China Proposes Strict Internet Time Limits For Kids Should Other Countries Limit Kids Access to The Internet?





Smartphone addiction is plaguing Chinese youth, spurred by the COVID-19 pandemic. The government already implemented restrictions on gaming, limiting minors to three hours of game time a week. The Cyberspace Administration of China (CAC) has proposed additional “minor mode” measures to curb children’s access to these devices by limiting time based on age range and what information each age group can view.

Last Wednesday, the CAC proposed that 16-18-year-olds limit their screen time to two hours daily. Children ages 8-15 max out at one hour a day. Anyone younger than eight sees the most restriction, getting only 40 minutes of smartphone time a day. A technology curfew would ban children from using devices between 10:00 p.m. and 6:00 a.m.

The proposal aims to restrict what children can see. Children younger than three will have access to songs and audio. Children over twelve will have access to educational content and news. Social media apps such as Douyin and Weibo have already implemented restrictions by limiting daily use to 40 minutes while banning children under 14. After the allotted time is reached, apps will shut down, though some users are skirting parental controls already by using internet cafes or creating extra accounts.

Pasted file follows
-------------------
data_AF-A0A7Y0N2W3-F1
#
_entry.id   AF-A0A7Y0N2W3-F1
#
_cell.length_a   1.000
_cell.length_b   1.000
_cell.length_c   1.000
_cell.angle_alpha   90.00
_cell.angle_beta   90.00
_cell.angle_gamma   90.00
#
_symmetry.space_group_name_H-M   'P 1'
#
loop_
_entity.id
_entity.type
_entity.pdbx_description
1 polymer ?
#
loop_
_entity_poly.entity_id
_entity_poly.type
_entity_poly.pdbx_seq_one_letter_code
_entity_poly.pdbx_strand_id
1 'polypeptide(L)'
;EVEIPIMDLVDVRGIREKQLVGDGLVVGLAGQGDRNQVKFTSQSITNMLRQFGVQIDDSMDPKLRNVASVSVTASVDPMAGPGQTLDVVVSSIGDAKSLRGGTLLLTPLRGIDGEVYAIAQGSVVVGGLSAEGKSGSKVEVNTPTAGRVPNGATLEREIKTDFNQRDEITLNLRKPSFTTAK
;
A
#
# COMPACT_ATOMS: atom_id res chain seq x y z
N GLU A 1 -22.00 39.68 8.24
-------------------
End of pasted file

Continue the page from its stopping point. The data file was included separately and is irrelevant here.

Smartphone and internet addiction can significantly impact a child’s development. Numerous studies show the adverse effects of too much screen time on a person. High screen time rates are linked to an increased risk of lack of productivity, depression, anxiety, attention deficit disorder, and insomnia.

Canada’s McGill University did a study on smartphone addiction in 2022. Of twenty-four countries surveyed, China ranked at the top of the list. Children with parents who work out of town showed the highest risk for device addiction. 

However, if the proposal passes, this could mean smartphone developers need to implement safeguards for smartphones. Parental controls are already on smartphones, but the proposed regulations would need to extend such protections to include filtering out content unsuitable for each age group.

Tech markets in China have already seen declining shares. Alibaba fell 3%, Bibili is down nearly 7%, and Tencent declined 3%, reports Time. And the proposal has yet to pass. The CAC is accepting comments through September 2.

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